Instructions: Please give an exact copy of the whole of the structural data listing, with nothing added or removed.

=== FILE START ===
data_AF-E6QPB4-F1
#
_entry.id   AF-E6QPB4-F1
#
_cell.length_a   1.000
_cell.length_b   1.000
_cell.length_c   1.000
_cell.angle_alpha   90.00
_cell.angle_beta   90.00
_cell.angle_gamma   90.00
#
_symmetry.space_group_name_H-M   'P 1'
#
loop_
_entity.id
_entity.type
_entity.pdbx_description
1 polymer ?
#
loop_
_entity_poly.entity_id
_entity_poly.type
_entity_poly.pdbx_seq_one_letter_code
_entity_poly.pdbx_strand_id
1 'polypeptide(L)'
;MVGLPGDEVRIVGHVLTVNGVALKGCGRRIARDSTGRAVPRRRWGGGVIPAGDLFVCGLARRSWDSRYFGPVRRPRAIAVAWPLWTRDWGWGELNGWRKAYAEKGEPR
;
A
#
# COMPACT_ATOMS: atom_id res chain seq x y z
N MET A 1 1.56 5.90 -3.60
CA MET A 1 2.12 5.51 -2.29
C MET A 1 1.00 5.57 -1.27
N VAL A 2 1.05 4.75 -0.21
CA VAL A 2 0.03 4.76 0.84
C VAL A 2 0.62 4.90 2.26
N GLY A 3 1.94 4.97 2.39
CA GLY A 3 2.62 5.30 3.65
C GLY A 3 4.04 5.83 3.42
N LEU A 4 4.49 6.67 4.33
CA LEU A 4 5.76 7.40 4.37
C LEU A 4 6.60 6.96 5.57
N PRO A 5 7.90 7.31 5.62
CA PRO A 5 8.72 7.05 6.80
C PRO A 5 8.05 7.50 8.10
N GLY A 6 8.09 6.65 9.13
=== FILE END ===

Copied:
data_AF-E6QPB4-F1
#
_entry.id   AF-E6QPB4-F1
#
_cell.length_a   1.000
_cell.length_b   1.000
_cell.length_c   1.000
_cell.angle_alpha   90.00
_cell.angle_beta   90.00
_cell.angle_gamma   90.00
#
_symmetry.space_group_name_H-M   'P 1'
#
loop_
_entity.id
_entity.type
_entity.pdbx_description
1 polymer ?
#
loop_
_entity_poly.entity_id
_entity_poly.type
_entity_poly.pdbx_seq_one_letter_code
_entity_poly.pdbx_strand_id
1 'polypeptide(L)'
;MVGLPGDEVRIVGHVLTVNGVALKGCGRRIARDSTGRAVPRRRWGGGVIPAGDLFVCGLARRSWDSRYFGPVRRPRAIAVAWPLWTRDWGWGELNGWRKAYAEKGEPR
;
A
#
# COMPACT_ATOMS: atom_id res chain seq x y z
N MET A 1 1.56 5.90 -3.60
CA MET A 1 2.12 5.51 -2.29
C MET A 1 1.00 5.57 -1.27
N VAL A 2 1.05 4.75 -0.21
CA VAL A 2 0.03 4.76 0.84
C VAL A 2 0.62 4.90 2.26
N GLY A 3 1.94 4.97 2.39
CA GLY A 3 2.62 5.30 3.65
C GLY A 3 4.04 5.83 3.42
N LEU A 4 4.49 6.67 4.33
CA LEU A 4 5.76 7.40 4.37
C LEU A 4 6.60 6.96 5.57
N PRO A 5 7.90 7.31 5.62
CA PRO A 5 8.72 7.05 6.80
C PRO A 5 8.05 7.50 8.10
N GLY A 6 8.09 6.65 9.13